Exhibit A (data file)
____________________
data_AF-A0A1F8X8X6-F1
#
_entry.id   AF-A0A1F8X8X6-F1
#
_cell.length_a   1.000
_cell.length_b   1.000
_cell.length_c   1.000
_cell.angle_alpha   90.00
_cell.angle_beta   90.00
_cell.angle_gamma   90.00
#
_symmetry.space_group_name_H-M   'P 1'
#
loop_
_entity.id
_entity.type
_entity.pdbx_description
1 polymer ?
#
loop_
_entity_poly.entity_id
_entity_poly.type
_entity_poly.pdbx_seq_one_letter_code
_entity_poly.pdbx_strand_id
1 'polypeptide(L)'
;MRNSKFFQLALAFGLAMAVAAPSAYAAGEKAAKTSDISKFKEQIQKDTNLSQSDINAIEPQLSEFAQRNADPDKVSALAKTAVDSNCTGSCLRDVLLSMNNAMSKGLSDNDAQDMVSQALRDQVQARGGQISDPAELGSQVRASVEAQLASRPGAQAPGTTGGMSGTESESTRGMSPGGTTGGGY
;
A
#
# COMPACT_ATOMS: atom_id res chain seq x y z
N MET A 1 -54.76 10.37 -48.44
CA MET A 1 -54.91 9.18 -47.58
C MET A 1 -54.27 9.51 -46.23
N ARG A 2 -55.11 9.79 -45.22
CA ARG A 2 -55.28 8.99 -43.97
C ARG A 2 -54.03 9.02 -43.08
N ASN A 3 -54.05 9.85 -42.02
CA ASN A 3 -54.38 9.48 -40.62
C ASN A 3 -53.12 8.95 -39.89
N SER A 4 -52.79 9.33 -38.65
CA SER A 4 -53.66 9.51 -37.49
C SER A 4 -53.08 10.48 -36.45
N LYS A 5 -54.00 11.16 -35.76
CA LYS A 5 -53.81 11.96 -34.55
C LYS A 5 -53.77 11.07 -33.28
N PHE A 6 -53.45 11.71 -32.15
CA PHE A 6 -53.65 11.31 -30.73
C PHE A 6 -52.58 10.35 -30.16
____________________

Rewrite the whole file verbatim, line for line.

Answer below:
data_AF-A0A1F8X8X6-F1
#
_entry.id   AF-A0A1F8X8X6-F1
#
_cell.length_a   1.000
_cell.length_b   1.000
_cell.length_c   1.000
_cell.angle_alpha   90.00
_cell.angle_beta   90.00
_cell.angle_gamma   90.00
#
_symmetry.space_group_name_H-M   'P 1'
#
loop_
_entity.id
_entity.type
_entity.pdbx_description
1 polymer ?
#
loop_
_entity_poly.entity_id
_entity_poly.type
_entity_poly.pdbx_seq_one_letter_code
_entity_poly.pdbx_strand_id
1 'polypeptide(L)'
;MRNSKFFQLALAFGLAMAVAAPSAYAAGEKAAKTSDISKFKEQIQKDTNLSQSDINAIEPQLSEFAQRNADPDKVSALAKTAVDSNCTGSCLRDVLLSMNNAMSKGLSDNDAQDMVSQALRDQVQARGGQISDPAELGSQVRASVEAQLASRPGAQAPGTTGGMSGTESESTRGMSPGGTTGGGY
;
A
#
# COMPACT_ATOMS: atom_id res chain seq x y z
N MET A 1 -54.76 10.37 -48.44
CA MET A 1 -54.91 9.18 -47.58
C MET A 1 -54.27 9.51 -46.23
N ARG A 2 -55.11 9.79 -45.22
CA ARG A 2 -55.28 8.99 -43.97
C ARG A 2 -54.03 9.02 -43.08
N ASN A 3 -54.05 9.85 -42.02
CA ASN A 3 -54.38 9.48 -40.62
C ASN A 3 -53.12 8.95 -39.89
N SER A 4 -52.79 9.33 -38.65
CA SER A 4 -53.66 9.51 -37.49
C SER A 4 -53.08 10.48 -36.45
N LYS A 5 -54.00 11.16 -35.76
CA LYS A 5 -53.81 11.96 -34.55
C LYS A 5 -53.77 11.07 -33.28
N PHE A 6 -53.45 11.71 -32.15
CA PHE A 6 -53.65 11.31 -30.73
C PHE A 6 -52.58 10.35 -30.16